‘Our HOA has sent my wife and I a notice about a new amendment to our CC&Rs which was passed in July 2011 and states that tenants are prohibited from having dogs in the units. Owners, however, are permitted to have dogs as long as they are below the HOA weight limits (which our dogs are). My landlord and I have a great relationship and my wife and I and both our dogs have lived here for nearly 3 years. I know I need to check the grandfather clause, but regardless of whether our dogs can be grandfathered in, can HOAs in California deny a privilege to a tenant that is not denied to owners, like this amendment is attempting to do?’
Well, the question is, is there anything stopping the HOA from imposing rules on tenants that do not apply to owners? And the answer, at least in California, appears to be yes.
A quick internet search reveals that, in California, HOAs havelimited ability to restrict owners from having pets. At a minimum, they must allow an owner to have one pet, and may only impose “reasonable” restrictions. It also appears that pet ownership is one of the rights that is transferred from the owner to the tenant when a condo is rented.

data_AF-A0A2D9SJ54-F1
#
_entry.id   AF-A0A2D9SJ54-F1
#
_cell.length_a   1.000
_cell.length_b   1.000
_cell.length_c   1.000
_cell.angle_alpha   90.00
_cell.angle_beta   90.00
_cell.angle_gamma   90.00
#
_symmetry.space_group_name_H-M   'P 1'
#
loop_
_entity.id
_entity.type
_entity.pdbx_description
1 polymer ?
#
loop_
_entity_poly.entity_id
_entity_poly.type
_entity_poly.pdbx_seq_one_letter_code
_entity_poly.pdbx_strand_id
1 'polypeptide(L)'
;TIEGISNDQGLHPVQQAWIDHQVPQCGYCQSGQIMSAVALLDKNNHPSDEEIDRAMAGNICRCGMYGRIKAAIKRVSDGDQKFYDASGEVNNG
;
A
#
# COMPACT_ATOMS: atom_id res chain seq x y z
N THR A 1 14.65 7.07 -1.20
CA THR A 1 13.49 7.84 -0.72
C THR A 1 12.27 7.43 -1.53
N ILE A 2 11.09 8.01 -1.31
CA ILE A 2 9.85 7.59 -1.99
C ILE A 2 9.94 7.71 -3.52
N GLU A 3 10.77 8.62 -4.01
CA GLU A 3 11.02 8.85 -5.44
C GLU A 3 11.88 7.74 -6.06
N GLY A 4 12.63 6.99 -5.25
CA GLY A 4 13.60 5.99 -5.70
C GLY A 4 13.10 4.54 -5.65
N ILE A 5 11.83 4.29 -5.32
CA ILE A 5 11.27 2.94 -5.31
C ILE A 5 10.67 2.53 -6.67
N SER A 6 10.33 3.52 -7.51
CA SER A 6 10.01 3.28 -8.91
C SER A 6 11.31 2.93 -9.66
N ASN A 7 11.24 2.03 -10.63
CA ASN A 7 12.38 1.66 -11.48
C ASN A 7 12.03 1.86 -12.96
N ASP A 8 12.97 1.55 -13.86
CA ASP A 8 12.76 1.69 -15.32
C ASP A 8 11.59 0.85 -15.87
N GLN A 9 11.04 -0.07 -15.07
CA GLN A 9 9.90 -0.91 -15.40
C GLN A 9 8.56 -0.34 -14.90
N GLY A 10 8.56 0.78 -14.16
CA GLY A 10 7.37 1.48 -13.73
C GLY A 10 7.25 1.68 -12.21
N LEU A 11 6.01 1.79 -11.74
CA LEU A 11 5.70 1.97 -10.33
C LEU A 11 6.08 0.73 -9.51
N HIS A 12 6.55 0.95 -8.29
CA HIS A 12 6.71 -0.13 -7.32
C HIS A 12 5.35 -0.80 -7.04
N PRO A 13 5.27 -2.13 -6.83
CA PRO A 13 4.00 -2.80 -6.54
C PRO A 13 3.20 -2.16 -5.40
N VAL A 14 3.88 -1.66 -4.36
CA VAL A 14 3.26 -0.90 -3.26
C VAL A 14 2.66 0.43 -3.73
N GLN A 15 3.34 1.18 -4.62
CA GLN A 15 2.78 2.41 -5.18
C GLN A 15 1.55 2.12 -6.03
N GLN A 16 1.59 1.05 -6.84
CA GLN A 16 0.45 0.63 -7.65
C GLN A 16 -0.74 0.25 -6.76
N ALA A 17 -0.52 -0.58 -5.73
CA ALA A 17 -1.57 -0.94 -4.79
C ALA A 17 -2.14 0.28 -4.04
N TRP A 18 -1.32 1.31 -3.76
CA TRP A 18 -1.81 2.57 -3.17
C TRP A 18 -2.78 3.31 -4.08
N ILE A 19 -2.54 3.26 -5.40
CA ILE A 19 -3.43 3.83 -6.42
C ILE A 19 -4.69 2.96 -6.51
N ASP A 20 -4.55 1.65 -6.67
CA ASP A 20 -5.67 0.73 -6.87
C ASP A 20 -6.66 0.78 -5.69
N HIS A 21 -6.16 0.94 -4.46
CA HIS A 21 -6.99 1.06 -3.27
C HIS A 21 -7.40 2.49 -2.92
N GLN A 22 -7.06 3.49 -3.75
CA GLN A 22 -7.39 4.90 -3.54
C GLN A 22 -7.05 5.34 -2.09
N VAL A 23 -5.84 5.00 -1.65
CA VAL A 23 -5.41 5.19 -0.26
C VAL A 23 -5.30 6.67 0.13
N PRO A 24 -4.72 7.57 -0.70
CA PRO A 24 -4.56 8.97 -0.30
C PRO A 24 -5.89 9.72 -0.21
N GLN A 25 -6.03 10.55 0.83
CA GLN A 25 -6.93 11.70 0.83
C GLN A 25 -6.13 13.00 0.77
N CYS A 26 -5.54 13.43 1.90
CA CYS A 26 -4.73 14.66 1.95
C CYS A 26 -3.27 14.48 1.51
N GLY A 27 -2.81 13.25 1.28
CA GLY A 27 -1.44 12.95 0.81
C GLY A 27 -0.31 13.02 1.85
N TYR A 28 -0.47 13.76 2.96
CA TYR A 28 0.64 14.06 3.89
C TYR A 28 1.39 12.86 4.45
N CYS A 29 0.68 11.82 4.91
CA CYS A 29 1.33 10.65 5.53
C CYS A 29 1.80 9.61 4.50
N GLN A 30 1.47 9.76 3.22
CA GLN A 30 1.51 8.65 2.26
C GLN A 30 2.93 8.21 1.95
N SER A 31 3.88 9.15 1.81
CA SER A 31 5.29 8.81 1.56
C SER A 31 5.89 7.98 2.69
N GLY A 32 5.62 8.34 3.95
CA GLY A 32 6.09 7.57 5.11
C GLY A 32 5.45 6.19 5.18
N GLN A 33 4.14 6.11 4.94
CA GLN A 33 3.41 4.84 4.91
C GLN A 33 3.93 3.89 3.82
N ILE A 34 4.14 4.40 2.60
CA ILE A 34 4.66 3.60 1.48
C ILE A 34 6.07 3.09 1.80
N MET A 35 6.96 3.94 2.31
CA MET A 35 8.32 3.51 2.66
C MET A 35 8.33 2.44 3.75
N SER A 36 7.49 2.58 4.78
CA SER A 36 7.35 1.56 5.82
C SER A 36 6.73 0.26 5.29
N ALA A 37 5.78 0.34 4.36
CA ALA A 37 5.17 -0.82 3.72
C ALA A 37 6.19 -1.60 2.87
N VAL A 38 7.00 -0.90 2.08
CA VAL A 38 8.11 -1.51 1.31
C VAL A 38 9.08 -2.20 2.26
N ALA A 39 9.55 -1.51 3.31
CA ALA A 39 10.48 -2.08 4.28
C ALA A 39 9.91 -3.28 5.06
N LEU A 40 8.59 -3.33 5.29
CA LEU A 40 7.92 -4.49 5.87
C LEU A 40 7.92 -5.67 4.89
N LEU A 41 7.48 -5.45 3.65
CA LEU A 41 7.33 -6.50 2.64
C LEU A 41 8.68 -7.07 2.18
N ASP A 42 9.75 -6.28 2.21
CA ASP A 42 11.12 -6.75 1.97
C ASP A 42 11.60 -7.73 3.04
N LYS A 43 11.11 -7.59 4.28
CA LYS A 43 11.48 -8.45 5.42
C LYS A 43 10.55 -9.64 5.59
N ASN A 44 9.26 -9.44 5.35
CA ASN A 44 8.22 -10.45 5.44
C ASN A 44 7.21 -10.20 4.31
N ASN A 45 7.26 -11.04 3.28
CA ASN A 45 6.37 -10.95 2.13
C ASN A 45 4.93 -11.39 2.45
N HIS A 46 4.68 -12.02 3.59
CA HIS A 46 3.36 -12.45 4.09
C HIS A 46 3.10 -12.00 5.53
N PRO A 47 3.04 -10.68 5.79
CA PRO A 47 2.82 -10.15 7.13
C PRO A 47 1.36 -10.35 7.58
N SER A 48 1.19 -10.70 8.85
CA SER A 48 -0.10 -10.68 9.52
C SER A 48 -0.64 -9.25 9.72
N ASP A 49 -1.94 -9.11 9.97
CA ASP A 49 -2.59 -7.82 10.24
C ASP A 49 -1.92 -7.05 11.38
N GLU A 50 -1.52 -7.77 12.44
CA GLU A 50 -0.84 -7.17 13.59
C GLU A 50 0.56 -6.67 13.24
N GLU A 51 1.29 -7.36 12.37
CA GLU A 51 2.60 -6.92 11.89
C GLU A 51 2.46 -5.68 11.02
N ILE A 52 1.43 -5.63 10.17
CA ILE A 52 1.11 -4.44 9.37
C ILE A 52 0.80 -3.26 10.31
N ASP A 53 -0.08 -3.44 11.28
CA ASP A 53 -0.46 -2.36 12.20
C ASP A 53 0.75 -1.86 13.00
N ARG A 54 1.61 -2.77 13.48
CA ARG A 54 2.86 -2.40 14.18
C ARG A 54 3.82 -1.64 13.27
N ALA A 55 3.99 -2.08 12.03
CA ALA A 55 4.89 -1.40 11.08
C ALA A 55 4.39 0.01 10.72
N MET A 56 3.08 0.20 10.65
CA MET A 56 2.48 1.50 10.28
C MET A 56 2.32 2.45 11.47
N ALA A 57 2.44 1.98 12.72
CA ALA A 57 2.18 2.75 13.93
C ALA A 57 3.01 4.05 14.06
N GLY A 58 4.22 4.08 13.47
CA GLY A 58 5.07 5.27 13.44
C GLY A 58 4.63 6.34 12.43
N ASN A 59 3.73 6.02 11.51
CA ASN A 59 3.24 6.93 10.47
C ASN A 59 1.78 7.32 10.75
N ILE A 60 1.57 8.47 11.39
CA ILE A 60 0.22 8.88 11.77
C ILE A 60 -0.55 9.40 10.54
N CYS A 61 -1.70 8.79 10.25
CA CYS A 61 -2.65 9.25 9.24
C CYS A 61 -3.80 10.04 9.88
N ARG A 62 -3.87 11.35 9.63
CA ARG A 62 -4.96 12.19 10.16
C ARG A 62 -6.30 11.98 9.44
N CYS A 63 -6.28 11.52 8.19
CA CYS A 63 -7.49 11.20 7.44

My guess is that, in an effort to save money, the HOA did not consult with their attorney before enacting this regulation. Perhaps your landlord can gently suggest that they do so, because a consultation is nearly always less expensive than litigation. If the HOA attorney believes that this restriction is permissible, see if you can get them to cite the reason why so you can take that to your own attorney–again, to consult and hopefully avoid litigation.